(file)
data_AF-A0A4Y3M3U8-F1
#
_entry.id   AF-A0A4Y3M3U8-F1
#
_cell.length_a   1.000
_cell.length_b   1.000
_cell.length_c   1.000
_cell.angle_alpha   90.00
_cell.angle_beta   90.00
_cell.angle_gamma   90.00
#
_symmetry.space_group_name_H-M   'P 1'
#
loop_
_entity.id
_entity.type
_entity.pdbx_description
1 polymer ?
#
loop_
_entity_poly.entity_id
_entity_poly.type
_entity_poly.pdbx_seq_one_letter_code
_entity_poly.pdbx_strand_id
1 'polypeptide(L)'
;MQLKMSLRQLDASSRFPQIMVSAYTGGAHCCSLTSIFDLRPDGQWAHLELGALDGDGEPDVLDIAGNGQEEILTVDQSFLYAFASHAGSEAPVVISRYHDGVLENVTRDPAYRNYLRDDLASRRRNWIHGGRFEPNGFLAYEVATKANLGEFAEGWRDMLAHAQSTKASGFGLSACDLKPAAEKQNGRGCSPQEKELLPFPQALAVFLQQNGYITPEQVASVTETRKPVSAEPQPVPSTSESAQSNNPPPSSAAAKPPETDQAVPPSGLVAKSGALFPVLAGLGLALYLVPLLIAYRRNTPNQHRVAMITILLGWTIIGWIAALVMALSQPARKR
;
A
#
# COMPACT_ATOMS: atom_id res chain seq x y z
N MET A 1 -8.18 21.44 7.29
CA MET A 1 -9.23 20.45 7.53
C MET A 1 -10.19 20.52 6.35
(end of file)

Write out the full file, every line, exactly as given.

data_AF-A0A4Y3M3U8-F1
#
_entry.id   AF-A0A4Y3M3U8-F1
#
_cell.length_a   1.000
_cell.length_b   1.000
_cell.length_c   1.000
_cell.angle_alpha   90.00
_cell.angle_beta   90.00
_cell.angle_gamma   90.00
#
_symmetry.space_group_name_H-M   'P 1'
#
loop_
_entity.id
_entity.type
_entity.pdbx_description
1 polymer ?
#
loop_
_entity_poly.entity_id
_entity_poly.type
_entity_poly.pdbx_seq_one_letter_code
_entity_poly.pdbx_strand_id
1 'polypeptide(L)'
;MQLKMSLRQLDASSRFPQIMVSAYTGGAHCCSLTSIFDLRPDGQWAHLELGALDGDGEPDVLDIAGNGQEEILTVDQSFLYAFASHAGSEAPVVISRYHDGVLENVTRDPAYRNYLRDDLASRRRNWIHGGRFEPNGFLAYEVATKANLGEFAEGWRDMLAHAQSTKASGFGLSACDLKPAAEKQNGRGCSPQEKELLPFPQALAVFLQQNGYITPEQVASVTETRKPVSAEPQPVPSTSESAQSNNPPPSSAAAKPPETDQAVPPSGLVAKSGALFPVLAGLGLALYLVPLLIAYRRNTPNQHRVAMITILLGWTIIGWIAALVMALSQPARKR
;
A
#
# COMPACT_ATOMS: atom_id res chain seq x y z
N MET A 1 -8.18 21.44 7.29
CA MET A 1 -9.23 20.45 7.53
C MET A 1 -10.19 20.52 6.35